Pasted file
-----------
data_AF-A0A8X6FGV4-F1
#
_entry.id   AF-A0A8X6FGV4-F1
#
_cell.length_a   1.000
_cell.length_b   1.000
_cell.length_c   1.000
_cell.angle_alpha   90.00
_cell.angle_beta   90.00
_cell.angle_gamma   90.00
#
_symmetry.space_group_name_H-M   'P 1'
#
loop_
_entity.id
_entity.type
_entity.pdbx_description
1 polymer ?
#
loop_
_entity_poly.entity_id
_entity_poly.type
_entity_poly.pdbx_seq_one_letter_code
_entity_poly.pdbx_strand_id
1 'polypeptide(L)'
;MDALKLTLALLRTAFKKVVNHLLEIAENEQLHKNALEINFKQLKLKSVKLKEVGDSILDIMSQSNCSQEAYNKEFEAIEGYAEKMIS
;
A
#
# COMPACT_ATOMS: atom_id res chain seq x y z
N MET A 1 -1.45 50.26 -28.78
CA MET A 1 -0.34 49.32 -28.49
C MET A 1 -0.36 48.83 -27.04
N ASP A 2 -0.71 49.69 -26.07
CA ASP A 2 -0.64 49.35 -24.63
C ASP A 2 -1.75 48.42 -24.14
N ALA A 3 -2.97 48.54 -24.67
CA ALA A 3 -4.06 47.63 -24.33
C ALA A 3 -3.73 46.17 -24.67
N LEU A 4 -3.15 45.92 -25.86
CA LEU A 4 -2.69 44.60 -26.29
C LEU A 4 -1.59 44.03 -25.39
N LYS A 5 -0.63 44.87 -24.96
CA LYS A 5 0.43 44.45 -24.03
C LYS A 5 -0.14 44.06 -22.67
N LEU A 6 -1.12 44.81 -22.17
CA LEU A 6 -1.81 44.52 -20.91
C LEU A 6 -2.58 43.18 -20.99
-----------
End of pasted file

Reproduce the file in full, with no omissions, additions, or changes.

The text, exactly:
data_AF-A0A8X6FGV4-F1
#
_entry.id   AF-A0A8X6FGV4-F1
#
_cell.length_a   1.000
_cell.length_b   1.000
_cell.length_c   1.000
_cell.angle_alpha   90.00
_cell.angle_beta   90.00
_cell.angle_gamma   90.00
#
_symmetry.space_group_name_H-M   'P 1'
#
loop_
_entity.id
_entity.type
_entity.pdbx_description
1 polymer ?
#
loop_
_entity_poly.entity_id
_entity_poly.type
_entity_poly.pdbx_seq_one_letter_code
_entity_poly.pdbx_strand_id
1 'polypeptide(L)'
;MDALKLTLALLRTAFKKVVNHLLEIAENEQLHKNALEINFKQLKLKSVKLKEVGDSILDIMSQSNCSQEAYNKEFEAIEGYAEKMIS
;
A
#
# COMPACT_ATOMS: atom_id res chain seq x y z
N MET A 1 -1.45 50.26 -28.78
CA MET A 1 -0.34 49.32 -28.49
C MET A 1 -0.36 48.83 -27.04
N ASP A 2 -0.71 49.69 -26.07
CA ASP A 2 -0.64 49.35 -24.63
C ASP A 2 -1.75 48.42 -24.14
N ALA A 3 -2.97 48.54 -24.67
CA ALA A 3 -4.06 47.63 -24.33
C ALA A 3 -3.73 46.17 -24.67
N LEU A 4 -3.15 45.92 -25.86
CA LEU A 4 -2.69 44.60 -26.29
C LEU A 4 -1.59 44.03 -25.39
N LYS A 5 -0.63 44.87 -24.96
CA LYS A 5 0.43 44.45 -24.03
C LYS A 5 -0.14 44.06 -22.67
N LEU A 6 -1.12 44.81 -22.17
CA LEU A 6 -1.81 44.52 -20.91
C LEU A 6 -2.58 43.18 -20.99